Book Reviews, Books, Non-Fiction

BOOK REVIEW: Tea in Tripoli by Bernadette Nason

Pages: 263, Paperback
Published: 2017 by Brave Bear & Company
Cover Rating: 5/5

“I entered Gaddafi’s Libya as an expat. A woman alone in an Arab country in every day living.”

Tea in Tripoli by Bernadette Nason is the tale of a twenty-six year old who is recently divorced, in debt, faced workplace sexual harassment and her life is unwillingly a wreck. An incident regarding the death of her cat, leads her to make a bold and impetuous decision. To work abroad. To leave her native land and go on an adventure. Become an expatriate.

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Book Reviews, Books, Non-Fiction

BOOK REVIEW: My Ideal Partner by Abbie Johnson Taylor

Pages: 174, Kindle Edition

Published: 2016

Genre: Nonfiction/ memoir

My Ideal Partner is Abbie Johnson Taylor’s new book. Its memoir about her married life, how she met her husband and their year of struggles together. You might know her from her writings and the interview I took two years before. You can read the full interview here.

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Book Reviews, Books, Graphic Novels, Non-Fiction

REVIEW: Maus – My Father Bleeds History

I picked this book on a friend’s recommendation and I must say, while reading it, I could not put it down. Maus is a two part series graphic novel written by American cartoonist and contributing artist for The New YorkerArt Spiegelman. It’s also a memoir as well as an autobiographical work.

After reading it, I was surprised how much I enjoyed this graphic novel. There is a uniqueness to the concept and the how it is illustrated with story telling. Art Spiegelman has done a great job with story telling, I must say. The illustration or the graphical part is an excellent addition to decipher the incidents or certain scenarios the author wants the reader to focus on.

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Books, Non-Fiction, Reviews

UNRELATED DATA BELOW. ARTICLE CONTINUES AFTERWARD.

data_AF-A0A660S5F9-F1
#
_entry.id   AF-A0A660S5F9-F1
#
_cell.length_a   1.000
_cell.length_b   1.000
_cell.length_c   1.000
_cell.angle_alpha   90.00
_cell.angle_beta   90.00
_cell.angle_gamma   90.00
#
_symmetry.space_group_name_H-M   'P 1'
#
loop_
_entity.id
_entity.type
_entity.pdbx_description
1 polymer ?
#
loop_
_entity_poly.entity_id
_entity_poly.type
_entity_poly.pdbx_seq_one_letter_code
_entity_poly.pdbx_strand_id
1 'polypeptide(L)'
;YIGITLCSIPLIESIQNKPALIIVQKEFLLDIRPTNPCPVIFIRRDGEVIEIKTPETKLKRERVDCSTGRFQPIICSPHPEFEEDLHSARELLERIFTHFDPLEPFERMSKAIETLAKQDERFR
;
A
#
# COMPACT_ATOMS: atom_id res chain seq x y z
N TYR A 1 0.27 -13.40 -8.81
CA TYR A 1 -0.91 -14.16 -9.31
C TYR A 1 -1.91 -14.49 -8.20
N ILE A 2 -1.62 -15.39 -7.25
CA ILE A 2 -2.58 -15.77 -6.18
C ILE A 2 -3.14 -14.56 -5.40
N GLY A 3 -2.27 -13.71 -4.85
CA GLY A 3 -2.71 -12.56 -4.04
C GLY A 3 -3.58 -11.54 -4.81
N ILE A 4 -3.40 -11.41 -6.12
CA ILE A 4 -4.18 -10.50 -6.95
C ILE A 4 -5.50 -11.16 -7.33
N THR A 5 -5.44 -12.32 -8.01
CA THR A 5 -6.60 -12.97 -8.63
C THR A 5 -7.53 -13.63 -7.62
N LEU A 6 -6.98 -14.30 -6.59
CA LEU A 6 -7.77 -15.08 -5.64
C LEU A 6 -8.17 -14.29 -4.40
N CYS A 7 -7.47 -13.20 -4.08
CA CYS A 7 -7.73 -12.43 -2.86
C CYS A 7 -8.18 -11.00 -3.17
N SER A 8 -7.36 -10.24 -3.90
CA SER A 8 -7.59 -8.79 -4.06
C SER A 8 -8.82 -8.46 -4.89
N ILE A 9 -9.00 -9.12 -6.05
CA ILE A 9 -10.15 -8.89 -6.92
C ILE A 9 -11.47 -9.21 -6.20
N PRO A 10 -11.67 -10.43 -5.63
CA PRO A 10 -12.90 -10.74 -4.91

Book Review: The Year of Reading Dangerously by Andy Miller

In what is there more joy than reading books about books? This is the third book I have read this year, previously Macbeth and The Storied Life of A. J. Fikry (which is also a book about books, fictionally). The idea of reading and learning about someone’s bookish life is fascinating to me. I discovered The Year of Reading Dangerously by Andy Miller by going through a fellow blogger’s blog on a cold, wintry night of last month and just by looking at the cover, it had my attention. I made sure, before my life melds on with the daily routine, to finish this book before the holiday mood ends up.

It’s an autobiographical piece and can be closely related to Henry Miller’s The Books in My Life although, they are not related to each other. Andy Miller worked as an editor at the time of writing this book and found himself only reading for work. On impulse he picked up a copy of  and something just clicked for him. He set out to read ten books, which he called The List of Betterment, which consisted of books he has once lied about reading or felt he should read. This list obviously expanded over the course of the year but it was his starting point into rediscovering a passion for reading. Continue reading “Book Review: The Year of Reading Dangerously by Andy Miller”

Books, Non-Fiction, Reviews, sports

BOOK REVIEW: The Second Half by Roy Keane

The Second Half by Roy Keane

My rating: 4 of 5 stars

“Reading Keano’s memoir was like seeing through his mind and heart. Very candid.”

After reading a few autobiographies of players and staff associated with Manchester United, certainly the biggest premiership club in past two decades, now in turmoil, Roy Keane’s The Second Half is one of the most honest and straightforward memoir I have ever read.

For me and some might agree, keeping apart his big-mouth quality which I consider his trait as a part of being a leader, was not a “top, top player”. His peak would be the 1999 season, Champions League semi-final, scoring a header against Juventus and sending Manchester United straight to the finals. Other ups in his career, strong personality or pretended to be, supporting his players when needed, encouraging newcomers, fighting the battles on and off the pitch. Of course, I am not going to talk about his downs, for that you have to read them in his own words in which he justifies his course of actions and regret on being such a big-mouth. We all live with ghost of our pasts called ‘regrets’. He is indifferent. Continue reading “BOOK REVIEW: The Second Half by Roy Keane”





MY AUTOBIOGRAPHY by Sir Alex Ferguson